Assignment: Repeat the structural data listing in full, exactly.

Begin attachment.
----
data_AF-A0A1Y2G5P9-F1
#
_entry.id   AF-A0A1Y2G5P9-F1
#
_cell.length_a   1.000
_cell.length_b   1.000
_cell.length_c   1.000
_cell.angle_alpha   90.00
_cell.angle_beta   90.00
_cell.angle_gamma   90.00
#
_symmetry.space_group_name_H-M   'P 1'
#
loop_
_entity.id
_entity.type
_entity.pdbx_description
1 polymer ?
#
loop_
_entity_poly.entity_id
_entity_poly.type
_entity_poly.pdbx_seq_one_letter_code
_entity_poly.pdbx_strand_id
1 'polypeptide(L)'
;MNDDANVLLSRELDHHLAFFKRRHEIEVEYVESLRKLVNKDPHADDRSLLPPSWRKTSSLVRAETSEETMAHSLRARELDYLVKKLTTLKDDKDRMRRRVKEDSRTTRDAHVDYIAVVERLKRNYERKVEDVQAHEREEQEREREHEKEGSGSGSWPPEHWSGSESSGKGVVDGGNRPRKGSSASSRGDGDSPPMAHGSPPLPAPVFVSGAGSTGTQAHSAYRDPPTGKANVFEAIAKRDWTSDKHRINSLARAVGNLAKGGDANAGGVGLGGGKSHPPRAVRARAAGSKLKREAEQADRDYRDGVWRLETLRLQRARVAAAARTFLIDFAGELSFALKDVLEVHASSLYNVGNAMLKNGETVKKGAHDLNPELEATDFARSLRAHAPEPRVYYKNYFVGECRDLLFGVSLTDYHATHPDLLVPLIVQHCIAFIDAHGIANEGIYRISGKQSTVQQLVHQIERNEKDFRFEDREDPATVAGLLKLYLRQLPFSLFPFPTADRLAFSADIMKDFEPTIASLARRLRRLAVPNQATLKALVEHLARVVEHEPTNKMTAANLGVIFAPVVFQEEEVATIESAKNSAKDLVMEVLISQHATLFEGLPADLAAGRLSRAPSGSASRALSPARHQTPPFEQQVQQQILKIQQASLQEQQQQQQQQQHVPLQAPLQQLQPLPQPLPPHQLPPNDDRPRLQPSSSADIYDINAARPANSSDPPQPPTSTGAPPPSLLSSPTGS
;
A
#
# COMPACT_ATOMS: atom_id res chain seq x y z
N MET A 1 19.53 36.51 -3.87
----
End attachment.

data_AF-A0A1Y2G5P9-F1
#
_entry.id   AF-A0A1Y2G5P9-F1
#
_cell.length_a   1.000
_cell.length_b   1.000
_cell.length_c   1.000
_cell.angle_alpha   90.00
_cell.angle_beta   90.00
_cell.angle_gamma   90.00
#
_symmetry.space_group_name_H-M   'P 1'
#
loop_
_entity.id
_entity.type
_entity.pdbx_description
1 polymer ?
#
loop_
_entity_poly.entity_id
_entity_poly.type
_entity_poly.pdbx_seq_one_letter_code
_entity_poly.pdbx_strand_id
1 'polypeptide(L)'
;MNDDANVLLSRELDHHLAFFKRRHEIEVEYVESLRKLVNKDPHADDRSLLPPSWRKTSSLVRAETSEETMAHSLRARELDYLVKKLTTLKDDKDRMRRRVKEDSRTTRDAHVDYIAVVERLKRNYERKVEDVQAHEREEQEREREHEKEGSGSGSWPPEHWSGSESSGKGVVDGGNRPRKGSSASSRGDGDSPPMAHGSPPLPAPVFVSGAGSTGTQAHSAYRDPPTGKANVFEAIAKRDWTSDKHRINSLARAVGNLAKGGDANAGGVGLGGGKSHPPRAVRARAAGSKLKREAEQADRDYRDGVWRLETLRLQRARVAAAARTFLIDFAGELSFALKDVLEVHASSLYNVGNAMLKNGETVKKGAHDLNPELEATDFARSLRAHAPEPRVYYKNYFVGECRDLLFGVSLTDYHATHPDLLVPLIVQHCIAFIDAHGIANEGIYRISGKQSTVQQLVHQIERNEKDFRFEDREDPATVAGLLKLYLRQLPFSLFPFPTADRLAFSADIMKDFEPTIASLARRLRRLAVPNQATLKALVEHLARVVEHEPTNKMTAANLGVIFAPVVFQEEEVATIESAKNSAKDLVMEVLISQHATLFEGLPADLAAGRLSRAPSGSASRALSPARHQTPPFEQQVQQQILKIQQASLQEQQQQQQQQQHVPLQAPLQQLQPLPQPLPPHQLPPNDDRPRLQPSSSADIYDINAARPANSSDPPQPPTSTGAPPPSLLSSPTGS
;
A
#
# COMPACT_ATOMS: atom_id res chain seq x y z
N MET A 1 19.53 36.51 -3.87